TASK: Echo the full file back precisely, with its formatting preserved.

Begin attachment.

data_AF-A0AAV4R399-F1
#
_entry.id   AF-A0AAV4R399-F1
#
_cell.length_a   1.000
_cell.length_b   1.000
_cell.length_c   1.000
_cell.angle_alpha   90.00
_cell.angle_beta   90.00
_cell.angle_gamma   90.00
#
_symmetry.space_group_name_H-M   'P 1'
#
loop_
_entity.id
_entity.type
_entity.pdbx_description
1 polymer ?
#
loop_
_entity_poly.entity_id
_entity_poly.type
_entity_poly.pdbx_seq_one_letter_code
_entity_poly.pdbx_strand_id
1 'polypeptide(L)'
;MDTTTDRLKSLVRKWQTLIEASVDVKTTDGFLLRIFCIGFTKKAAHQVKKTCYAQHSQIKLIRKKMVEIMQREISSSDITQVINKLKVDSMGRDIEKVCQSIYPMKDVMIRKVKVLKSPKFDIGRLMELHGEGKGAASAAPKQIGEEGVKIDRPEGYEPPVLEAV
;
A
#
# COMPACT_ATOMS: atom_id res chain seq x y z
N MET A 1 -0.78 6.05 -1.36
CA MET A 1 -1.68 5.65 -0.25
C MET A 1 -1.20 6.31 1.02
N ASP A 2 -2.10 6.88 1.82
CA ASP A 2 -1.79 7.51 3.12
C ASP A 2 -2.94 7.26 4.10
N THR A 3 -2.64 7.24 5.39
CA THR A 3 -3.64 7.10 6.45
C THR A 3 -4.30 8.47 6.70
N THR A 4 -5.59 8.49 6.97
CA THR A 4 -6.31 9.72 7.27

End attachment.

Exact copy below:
data_AF-A0AAV4R399-F1
#
_entry.id   AF-A0AAV4R399-F1
#
_cell.length_a   1.000
_cell.length_b   1.000
_cell.length_c   1.000
_cell.angle_alpha   90.00
_cell.angle_beta   90.00
_cell.angle_gamma   90.00
#
_symmetry.space_group_name_H-M   'P 1'
#
loop_
_entity.id
_entity.type
_entity.pdbx_description
1 polymer ?
#
loop_
_entity_poly.entity_id
_entity_poly.type
_entity_poly.pdbx_seq_one_letter_code
_entity_poly.pdbx_strand_id
1 'polypeptide(L)'
;MDTTTDRLKSLVRKWQTLIEASVDVKTTDGFLLRIFCIGFTKKAAHQVKKTCYAQHSQIKLIRKKMVEIMQREISSSDITQVINKLKVDSMGRDIEKVCQSIYPMKDVMIRKVKVLKSPKFDIGRLMELHGEGKGAASAAPKQIGEEGVKIDRPEGYEPPVLEAV
;
A
#
# COMPACT_ATOMS: atom_id res chain seq x y z
N MET A 1 -0.78 6.05 -1.36
CA MET A 1 -1.68 5.65 -0.25
C MET A 1 -1.20 6.31 1.02
N ASP A 2 -2.10 6.88 1.82
CA ASP A 2 -1.79 7.51 3.12
C ASP A 2 -2.94 7.26 4.10
N THR A 3 -2.64 7.24 5.39
CA THR A 3 -3.64 7.10 6.45
C THR A 3 -4.30 8.47 6.70
N THR A 4 -5.59 8.49 6.97
CA THR A 4 -6.31 9.72 7.27